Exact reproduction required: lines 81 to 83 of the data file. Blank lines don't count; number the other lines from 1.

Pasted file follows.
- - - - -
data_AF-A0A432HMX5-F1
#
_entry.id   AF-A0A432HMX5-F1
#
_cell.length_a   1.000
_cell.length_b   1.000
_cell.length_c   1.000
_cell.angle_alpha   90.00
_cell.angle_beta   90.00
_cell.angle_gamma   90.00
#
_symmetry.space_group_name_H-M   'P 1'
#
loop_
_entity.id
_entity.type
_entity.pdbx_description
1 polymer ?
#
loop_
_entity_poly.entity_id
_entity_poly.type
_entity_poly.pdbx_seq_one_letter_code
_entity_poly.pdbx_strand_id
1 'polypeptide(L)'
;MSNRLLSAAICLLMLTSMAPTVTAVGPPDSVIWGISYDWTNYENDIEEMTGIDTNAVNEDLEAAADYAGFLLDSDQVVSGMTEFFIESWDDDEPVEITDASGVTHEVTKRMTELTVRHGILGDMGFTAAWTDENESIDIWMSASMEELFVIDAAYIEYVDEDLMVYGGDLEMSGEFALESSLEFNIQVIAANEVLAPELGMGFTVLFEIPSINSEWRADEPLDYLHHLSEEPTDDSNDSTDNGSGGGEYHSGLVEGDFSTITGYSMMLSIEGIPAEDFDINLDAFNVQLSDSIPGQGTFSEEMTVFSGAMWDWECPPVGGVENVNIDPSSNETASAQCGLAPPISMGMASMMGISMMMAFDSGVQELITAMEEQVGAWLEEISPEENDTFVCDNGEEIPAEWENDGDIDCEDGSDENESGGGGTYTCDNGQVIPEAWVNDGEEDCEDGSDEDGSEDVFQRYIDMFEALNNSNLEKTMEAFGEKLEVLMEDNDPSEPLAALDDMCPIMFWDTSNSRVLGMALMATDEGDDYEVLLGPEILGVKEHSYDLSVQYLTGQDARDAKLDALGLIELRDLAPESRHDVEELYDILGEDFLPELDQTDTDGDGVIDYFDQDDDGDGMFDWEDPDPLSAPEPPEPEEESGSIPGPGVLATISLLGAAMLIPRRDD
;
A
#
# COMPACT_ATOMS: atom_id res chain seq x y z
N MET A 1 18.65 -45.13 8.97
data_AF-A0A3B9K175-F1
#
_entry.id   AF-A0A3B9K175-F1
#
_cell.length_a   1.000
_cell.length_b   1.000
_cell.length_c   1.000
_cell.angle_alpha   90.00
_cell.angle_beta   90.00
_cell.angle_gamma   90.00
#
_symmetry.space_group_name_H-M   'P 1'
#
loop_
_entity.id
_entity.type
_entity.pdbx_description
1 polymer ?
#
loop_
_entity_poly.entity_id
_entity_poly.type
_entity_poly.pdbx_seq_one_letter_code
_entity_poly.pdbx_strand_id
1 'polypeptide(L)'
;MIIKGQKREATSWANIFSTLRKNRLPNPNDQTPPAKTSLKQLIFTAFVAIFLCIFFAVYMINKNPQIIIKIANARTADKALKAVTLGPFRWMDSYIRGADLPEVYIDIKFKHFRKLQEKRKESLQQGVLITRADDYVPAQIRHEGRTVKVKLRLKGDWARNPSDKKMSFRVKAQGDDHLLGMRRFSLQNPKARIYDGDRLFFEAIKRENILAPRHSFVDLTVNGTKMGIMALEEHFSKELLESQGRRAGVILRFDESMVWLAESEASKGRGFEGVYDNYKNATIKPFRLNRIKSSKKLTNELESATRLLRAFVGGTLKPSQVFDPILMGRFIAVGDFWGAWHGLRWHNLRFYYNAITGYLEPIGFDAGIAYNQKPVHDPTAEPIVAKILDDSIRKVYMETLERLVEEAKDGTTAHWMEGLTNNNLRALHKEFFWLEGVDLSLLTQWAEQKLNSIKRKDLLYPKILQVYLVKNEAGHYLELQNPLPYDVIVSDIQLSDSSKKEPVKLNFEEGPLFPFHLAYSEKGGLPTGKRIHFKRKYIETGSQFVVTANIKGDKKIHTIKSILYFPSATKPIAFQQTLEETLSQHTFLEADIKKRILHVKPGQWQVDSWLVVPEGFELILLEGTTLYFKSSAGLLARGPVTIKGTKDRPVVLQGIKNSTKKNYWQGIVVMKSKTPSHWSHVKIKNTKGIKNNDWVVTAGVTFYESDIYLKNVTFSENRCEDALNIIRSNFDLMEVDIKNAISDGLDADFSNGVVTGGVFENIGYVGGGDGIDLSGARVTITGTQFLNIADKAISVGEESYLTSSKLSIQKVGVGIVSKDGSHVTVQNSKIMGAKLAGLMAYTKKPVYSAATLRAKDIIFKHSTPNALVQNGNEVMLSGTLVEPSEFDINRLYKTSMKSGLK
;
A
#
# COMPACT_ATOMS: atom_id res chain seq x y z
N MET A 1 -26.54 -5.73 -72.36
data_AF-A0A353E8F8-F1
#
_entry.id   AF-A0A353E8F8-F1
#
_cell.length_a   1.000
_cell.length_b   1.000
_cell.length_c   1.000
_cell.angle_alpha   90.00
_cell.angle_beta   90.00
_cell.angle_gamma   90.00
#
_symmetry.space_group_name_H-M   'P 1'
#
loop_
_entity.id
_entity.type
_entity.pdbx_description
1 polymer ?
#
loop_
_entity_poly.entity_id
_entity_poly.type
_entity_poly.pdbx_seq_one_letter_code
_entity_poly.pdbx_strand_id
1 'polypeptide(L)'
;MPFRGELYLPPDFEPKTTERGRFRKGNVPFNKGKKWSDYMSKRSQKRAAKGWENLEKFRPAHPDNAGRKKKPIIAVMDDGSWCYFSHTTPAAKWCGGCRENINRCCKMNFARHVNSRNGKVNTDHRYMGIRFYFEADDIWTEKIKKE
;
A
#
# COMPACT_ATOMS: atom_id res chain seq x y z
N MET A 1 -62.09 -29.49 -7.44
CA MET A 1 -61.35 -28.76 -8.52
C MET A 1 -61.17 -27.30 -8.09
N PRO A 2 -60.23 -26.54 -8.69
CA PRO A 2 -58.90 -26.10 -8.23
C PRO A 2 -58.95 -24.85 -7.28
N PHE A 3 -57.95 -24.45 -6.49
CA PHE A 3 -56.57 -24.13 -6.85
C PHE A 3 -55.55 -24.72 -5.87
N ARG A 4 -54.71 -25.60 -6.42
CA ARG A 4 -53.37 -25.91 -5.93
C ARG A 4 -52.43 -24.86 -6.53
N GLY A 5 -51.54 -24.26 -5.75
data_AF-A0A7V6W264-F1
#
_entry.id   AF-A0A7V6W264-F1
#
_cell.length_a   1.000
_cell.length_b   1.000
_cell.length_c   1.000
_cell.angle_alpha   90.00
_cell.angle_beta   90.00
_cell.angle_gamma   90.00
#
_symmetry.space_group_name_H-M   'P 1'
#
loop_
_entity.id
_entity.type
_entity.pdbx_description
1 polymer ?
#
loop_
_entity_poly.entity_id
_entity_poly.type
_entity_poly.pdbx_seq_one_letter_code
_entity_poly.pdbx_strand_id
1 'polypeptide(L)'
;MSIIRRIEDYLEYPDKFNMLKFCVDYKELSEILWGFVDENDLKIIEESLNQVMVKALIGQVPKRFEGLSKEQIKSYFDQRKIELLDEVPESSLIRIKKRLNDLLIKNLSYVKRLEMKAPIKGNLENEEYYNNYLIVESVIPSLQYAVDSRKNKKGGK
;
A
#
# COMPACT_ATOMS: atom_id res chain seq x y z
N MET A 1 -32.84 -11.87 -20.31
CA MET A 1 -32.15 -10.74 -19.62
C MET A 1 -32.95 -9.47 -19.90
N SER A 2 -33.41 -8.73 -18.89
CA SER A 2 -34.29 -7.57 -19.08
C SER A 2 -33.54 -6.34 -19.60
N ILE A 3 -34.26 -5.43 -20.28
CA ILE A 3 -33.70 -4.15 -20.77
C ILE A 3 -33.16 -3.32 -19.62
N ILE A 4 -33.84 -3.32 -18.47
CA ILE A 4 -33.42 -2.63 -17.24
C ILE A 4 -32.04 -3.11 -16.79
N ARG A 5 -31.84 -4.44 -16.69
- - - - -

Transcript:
#
loop_
_entity_poly.entity_id